Therefore, the inlet shock circulation head loss equals Thus, the inlet shock circulation head loss coefficient is
2.16. Required Net Positive Suction Head
The pump net positive suction head is defined as the difference between the fluid inlet stagnation pressure head and vapour pressure head : where , are the absolute pressure and absolute velocity of fluid at impeller inlet and is the absolute vapour pressure of fluid at the corresponding fluid temperature.
In the vicinity of the leading edge of the impeller blades, the fluid has to accelerate in order to follow the rotating movement of the blades. This acceleration leads to a drop of the static pressure, which results in a local minimum pressure at blade inlet: Therefore, the pump required net positive suction head is The pump coefficient is defined as Referring to Figure 5, , and thus The term is a design parameter for the pump and could be assumed to be 0.02.
From (3) , and therefore the coefficient is
2.17. Pump Specific Speed
The pump specific speed is defined with suitable units as Substitute for Therefore,
3. Calculation Procedure and Results
An iterative procedure using Microsoft Office EXCEL program is performed to calculate the pump design parameters described by the preceding derived equations. The input parameters are the blades number, , impeller inlet diameter to outlet diameter ratio, , volute diameter to impeller outlet diameter ratio, , ratio of blade width at impeller outlet to impeller outlet diameter, , blade width at impeller inlet to blade width at impeller outlet ratio, , volute width to blade width at impeller outlet ratio, , blade angle at impeller outlet, , blade angle at impeller inlet, , volute angle, , throat angle, , ratio of wearing ring clearance/impeller eye diameter, , leakage discharge coefficient, , volute diffusion loss coefficient, , eye loss coefficient, , blade thickness coefficient at impeller outlet, , with constant-thickness blades, ratio of axial gap between impeller disk and casing to impeller outlet radius, , Reynolds number at impeller outlet, , and relative roughness, approximated values are used by putting , , , : , and .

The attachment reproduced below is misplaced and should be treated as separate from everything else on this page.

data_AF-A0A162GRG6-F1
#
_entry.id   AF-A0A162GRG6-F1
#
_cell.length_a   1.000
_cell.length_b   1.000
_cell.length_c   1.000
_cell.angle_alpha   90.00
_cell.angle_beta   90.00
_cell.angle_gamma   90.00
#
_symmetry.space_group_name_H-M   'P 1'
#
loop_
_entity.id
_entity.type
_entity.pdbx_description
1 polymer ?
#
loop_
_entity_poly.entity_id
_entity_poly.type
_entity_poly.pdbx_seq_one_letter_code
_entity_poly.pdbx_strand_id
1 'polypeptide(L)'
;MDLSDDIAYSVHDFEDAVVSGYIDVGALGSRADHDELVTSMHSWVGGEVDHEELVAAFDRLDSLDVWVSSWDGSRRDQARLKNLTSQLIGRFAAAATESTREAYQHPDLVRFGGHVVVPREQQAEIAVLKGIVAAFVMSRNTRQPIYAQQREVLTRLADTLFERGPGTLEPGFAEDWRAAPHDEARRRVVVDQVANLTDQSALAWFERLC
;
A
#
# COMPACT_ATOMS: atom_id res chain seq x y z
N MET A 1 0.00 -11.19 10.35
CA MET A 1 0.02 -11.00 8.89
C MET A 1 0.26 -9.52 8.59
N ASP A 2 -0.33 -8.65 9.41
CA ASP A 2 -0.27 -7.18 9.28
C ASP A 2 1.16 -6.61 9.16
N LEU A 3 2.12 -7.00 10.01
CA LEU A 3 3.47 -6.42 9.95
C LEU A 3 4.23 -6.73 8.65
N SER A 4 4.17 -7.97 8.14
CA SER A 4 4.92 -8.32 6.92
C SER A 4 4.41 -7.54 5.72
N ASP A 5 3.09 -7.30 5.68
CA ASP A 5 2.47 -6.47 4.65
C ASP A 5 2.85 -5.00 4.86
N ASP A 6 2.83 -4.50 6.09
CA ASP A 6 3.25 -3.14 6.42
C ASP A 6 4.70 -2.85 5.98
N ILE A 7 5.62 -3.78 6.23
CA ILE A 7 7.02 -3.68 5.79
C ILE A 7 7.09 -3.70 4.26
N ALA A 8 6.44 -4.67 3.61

For a certain flow coefficient, , all pump performance parameters and coefficients are calculated after iterations.
Case Study. For reason of comparison between results of present analytical study and experimental pump performance obtained by Baun and Flack , calculations of centrifugal pump performance are performed with the following input parameters given in Table 1.
Other pump constant-parameters are calculated according to the present procedure as shown in Table 2.